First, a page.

By KATIE BORKOWSKI
BAYARD, Iowa – St. Gregory Recovery Center offers Catholic and Christian programs for those seeking drug and alcohol rehabilitation.
“In our program, we believe there are three aspects – body, mind and spirit – of getting people well,” said Nick Leerhoff, clinical director at the center. “People are coming to us because they want help.”
Physically, the program helps with withdrawal, proper nutrition, exercise and sleep.
“These play a big factor in mental health,” said Leerhoff. “For the mind, we use cognitive behavioral therapy, which has been shown to be one of the best therapies to use. We also do psychoeducational groups and lectures.”
He explained this is not a 12-step program.
“We are a Catholic-inspired, faith-based program,” said Leerhoff. “We have a priest who comes in to celebrate Mass six days a week. We have two nuns on staff.”
The goal of the program is “to help resolve the underlining issues that caused the symptom of substance abuse,” he said.
“We feel if we can resolve that issue, be future-oriented, get them excited about life again, that sobriety will take care of itself,” Leerhoff said. “It is wake-up every day with a purpose and be excited about what you are doing.”
Matthew Graham is the spiritual and health and wellness director at St. Gregory’s, located 12 miles south of Scranton in Guthrie County.
“Sometimes people want the spirituality, but they need a specific personality to help get that out of them,” he said. “Having the dual role of spiritual and health and wellness within one person helps make it a little bit more real for them.”
Graham explained an obstacle that comes with addiction is guilt and shame and “I am my past mistakes.”
“We try to provide an avenue or a vision that we don’t want their addiction to define them or who they see they are,” said Leerhoff. “They are a child of God. There is an avenue for them to get back to the person they were created to be.”
Among the counselors are a nun and a recently-ordained deacon through the Diocese of Des Moines, commented Graham.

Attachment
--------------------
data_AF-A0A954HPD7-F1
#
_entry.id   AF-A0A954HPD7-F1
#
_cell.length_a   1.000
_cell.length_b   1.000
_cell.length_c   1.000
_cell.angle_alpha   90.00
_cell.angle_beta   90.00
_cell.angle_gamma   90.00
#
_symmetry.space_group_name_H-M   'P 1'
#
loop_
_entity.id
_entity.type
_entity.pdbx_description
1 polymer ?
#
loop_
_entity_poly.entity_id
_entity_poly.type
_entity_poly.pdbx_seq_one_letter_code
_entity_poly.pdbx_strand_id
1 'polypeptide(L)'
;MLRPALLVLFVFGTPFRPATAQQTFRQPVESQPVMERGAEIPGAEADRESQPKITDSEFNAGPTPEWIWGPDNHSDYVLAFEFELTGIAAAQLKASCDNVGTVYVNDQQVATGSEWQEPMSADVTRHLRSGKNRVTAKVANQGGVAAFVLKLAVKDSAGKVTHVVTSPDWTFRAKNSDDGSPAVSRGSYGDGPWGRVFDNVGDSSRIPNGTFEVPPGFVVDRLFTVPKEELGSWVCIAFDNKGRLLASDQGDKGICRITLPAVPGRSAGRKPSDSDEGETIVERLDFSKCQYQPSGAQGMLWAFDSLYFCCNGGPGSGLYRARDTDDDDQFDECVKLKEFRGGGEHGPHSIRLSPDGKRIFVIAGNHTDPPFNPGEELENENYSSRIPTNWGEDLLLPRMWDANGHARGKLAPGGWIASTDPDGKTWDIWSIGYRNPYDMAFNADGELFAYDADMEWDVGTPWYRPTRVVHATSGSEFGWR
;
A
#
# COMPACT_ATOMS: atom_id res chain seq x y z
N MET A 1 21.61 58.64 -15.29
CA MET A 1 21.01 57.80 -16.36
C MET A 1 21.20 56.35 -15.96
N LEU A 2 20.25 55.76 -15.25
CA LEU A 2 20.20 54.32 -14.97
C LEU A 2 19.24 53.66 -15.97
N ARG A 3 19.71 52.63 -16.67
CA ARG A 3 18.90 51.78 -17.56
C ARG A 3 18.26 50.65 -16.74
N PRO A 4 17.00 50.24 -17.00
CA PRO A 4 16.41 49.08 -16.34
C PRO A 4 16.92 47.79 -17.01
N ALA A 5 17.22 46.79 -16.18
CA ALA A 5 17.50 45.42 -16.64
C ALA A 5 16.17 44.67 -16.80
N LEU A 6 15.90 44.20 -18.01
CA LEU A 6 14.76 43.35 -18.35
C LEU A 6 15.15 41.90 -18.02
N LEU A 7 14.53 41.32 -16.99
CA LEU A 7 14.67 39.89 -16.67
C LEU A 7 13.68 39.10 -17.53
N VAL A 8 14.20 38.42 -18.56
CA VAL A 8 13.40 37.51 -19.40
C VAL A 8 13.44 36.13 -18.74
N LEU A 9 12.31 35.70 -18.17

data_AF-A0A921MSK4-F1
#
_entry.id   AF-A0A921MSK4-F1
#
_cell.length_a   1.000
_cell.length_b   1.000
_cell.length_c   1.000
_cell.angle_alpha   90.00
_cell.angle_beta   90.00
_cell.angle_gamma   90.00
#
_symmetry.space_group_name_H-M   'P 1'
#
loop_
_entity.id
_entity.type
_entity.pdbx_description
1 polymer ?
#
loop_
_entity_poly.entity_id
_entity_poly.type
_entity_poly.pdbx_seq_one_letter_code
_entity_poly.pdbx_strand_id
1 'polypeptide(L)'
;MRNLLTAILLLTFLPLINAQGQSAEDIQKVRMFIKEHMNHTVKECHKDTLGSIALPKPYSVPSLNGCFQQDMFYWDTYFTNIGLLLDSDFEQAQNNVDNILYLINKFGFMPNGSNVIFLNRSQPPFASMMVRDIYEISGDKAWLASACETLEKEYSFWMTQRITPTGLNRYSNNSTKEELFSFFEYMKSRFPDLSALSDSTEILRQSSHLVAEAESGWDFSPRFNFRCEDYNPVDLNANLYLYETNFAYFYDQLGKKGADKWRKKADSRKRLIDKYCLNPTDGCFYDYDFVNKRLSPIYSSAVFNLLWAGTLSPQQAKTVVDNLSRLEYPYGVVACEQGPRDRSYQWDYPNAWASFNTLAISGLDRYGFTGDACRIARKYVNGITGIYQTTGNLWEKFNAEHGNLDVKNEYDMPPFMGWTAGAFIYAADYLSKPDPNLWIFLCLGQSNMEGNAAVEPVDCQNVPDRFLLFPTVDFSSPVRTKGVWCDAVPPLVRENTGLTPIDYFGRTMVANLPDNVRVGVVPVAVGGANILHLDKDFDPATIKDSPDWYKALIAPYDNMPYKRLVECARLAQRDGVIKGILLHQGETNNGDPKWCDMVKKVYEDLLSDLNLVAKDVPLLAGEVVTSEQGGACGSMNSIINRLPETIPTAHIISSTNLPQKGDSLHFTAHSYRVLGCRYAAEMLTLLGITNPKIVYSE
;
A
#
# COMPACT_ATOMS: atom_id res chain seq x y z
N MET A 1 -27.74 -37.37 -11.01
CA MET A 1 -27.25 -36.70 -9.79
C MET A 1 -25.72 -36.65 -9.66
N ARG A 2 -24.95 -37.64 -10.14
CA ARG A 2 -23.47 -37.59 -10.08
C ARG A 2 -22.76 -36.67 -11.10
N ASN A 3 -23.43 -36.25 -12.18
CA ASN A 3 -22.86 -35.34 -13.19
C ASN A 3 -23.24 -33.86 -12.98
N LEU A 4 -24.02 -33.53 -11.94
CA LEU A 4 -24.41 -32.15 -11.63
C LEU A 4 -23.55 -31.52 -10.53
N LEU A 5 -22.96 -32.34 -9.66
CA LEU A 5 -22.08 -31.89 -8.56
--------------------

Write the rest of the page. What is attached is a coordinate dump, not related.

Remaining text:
“This is really cool because if you are going to be a faith-based inspired program, they have an avenue to meet someone who has a deep theological background,” said Graham.
Not only is Mass offered almost every day, but confession is available frequently.
“The priests we have are very good about staying late or coming early for confession,” said Graham. “We offer spiritual direction, which a lot of times is done by me, but if they also want to meet with a priest, they can do that.”
“What makes us unique is we teach our own curriculum that we developed, so no one else has it,” said Leerhoff. “There are seven virtues that we teach – faith, hope, love, prudence, justice, temperance and fortitude.”
He added a set of sub-virtues are also taught – what does it mean to live virtuously, what does it mean to practice faith and what does it mean to show love.
“We find that applying those virtues and getting people on track to who they were created to be is values clarification, meditation, rebuilding relationships with their loved one,” said Leerhoff.
Each aspect of the program ties back to spirituality and finding a way back to God, he said.
“When people come to us, they are not only physically and mentally hurting, but they are spiritually hurting,” said Leerhoff. “They are angry at God for some injustice that happened. They have kind of lost their way. Part of our goal is finding their way back.”
Growing in Skills deals with skill building including communication skills, recognizing irrational beliefs and how to reframe those beliefs, said Leerhoff.
“Changing for Good outlines the different stages of change and the processes that it takes for people to get from one stage of change to another,” said Leerhoff. “We want to help them understand how it is possible to change.”
Neurocognitive therapy helps with brain health, Leerhoff pointed out. Those entering the program take a comprehensive assessment when they arrive.
“It helps rebuild and helps restore cognitive function,” said the clinical director. “It also has different things to help with relaxation and anxiety.”
One of the final aspects of the program are the nutraceuticals, which is a mix of amino acids, vitamins and nutrients that are “geared towards liver restoration and a natural way of reducing cravings,” said Leerhoff.
“The whole goal of that is to help restore the body,” he said.
The St. Gregory Center opened in 2007. It is a men’s and women’s program on a coed campus, but the men and women are separated during the day for programming. The staff of 35 is a “diverse group of people,” Leerhoff said. Someone is at the facility 24 hours a day, seven days a week.
Currently, St. Gregory’s has a relationship with a local hospital for guests in need of detox.
“The guest goes there first before entering the program to make sure they are adequately detoxed,” said Leerhoff.
The facility has a full basketball court, a full volleyball court indoors, weight room and sauna.
St. Gregory’s is located close to White Rock Conservatory, which has the opportunity for hiking, biking and fishing. The guests do service at the conservatory.
“We get people thinking about others, how they can help others and get the focus off of themselves a little bit,” said Leerhoff.
For more information about St. Gregory Recovery Center or to begin the path to permanent recovery, visit stgregoryctr.com or call (888) 919-2880.